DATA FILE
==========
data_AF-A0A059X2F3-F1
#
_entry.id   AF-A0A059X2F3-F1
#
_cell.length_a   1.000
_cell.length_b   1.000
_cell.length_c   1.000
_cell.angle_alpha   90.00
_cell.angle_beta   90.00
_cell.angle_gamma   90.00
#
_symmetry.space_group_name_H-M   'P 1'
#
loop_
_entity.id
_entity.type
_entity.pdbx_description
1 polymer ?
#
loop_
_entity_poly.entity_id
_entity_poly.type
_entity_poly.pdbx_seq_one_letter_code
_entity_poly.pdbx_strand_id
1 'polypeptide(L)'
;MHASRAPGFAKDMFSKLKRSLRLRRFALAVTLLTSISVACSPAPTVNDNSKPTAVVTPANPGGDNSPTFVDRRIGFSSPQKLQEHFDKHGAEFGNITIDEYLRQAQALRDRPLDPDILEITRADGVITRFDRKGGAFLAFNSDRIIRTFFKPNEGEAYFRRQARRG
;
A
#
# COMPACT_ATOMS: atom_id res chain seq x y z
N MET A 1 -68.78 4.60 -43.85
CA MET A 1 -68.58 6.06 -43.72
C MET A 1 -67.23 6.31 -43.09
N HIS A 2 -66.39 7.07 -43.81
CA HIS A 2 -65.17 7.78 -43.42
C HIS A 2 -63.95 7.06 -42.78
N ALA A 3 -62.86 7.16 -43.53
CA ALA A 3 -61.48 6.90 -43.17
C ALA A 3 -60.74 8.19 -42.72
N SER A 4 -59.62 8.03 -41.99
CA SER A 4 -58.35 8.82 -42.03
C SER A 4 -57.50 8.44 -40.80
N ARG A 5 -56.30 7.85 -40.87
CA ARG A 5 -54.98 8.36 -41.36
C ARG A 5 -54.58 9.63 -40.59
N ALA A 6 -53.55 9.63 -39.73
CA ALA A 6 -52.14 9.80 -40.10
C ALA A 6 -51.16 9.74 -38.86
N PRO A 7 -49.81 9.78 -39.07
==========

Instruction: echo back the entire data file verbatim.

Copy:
data_AF-A0A059X2F3-F1
#
_entry.id   AF-A0A059X2F3-F1
#
_cell.length_a   1.000
_cell.length_b   1.000
_cell.length_c   1.000
_cell.angle_alpha   90.00
_cell.angle_beta   90.00
_cell.angle_gamma   90.00
#
_symmetry.space_group_name_H-M   'P 1'
#
loop_
_entity.id
_entity.type
_entity.pdbx_description
1 polymer ?
#
loop_
_entity_poly.entity_id
_entity_poly.type
_entity_poly.pdbx_seq_one_letter_code
_entity_poly.pdbx_strand_id
1 'polypeptide(L)'
;MHASRAPGFAKDMFSKLKRSLRLRRFALAVTLLTSISVACSPAPTVNDNSKPTAVVTPANPGGDNSPTFVDRRIGFSSPQKLQEHFDKHGAEFGNITIDEYLRQAQALRDRPLDPDILEITRADGVITRFDRKGGAFLAFNSDRIIRTFFKPNEGEAYFRRQARRG
;
A
#
# COMPACT_ATOMS: atom_id res chain seq x y z
N MET A 1 -68.78 4.60 -43.85
CA MET A 1 -68.58 6.06 -43.72
C MET A 1 -67.23 6.31 -43.09
N HIS A 2 -66.39 7.07 -43.81
CA HIS A 2 -65.17 7.78 -43.42
C HIS A 2 -63.95 7.06 -42.78
N ALA A 3 -62.86 7.16 -43.53
CA ALA A 3 -61.48 6.90 -43.17
C ALA A 3 -60.74 8.19 -42.72
N SER A 4 -59.62 8.03 -41.99
CA SER A 4 -58.35 8.82 -42.03
C SER A 4 -57.50 8.44 -40.80
N ARG A 5 -56.30 7.85 -40.87
CA ARG A 5 -54.98 8.36 -41.36
C ARG A 5 -54.58 9.63 -40.59
N ALA A 6 -53.55 9.63 -39.73
CA ALA A 6 -52.14 9.80 -40.10
C ALA A 6 -51.16 9.74 -38.86
N PRO A 7 -49.81 9.78 -39.07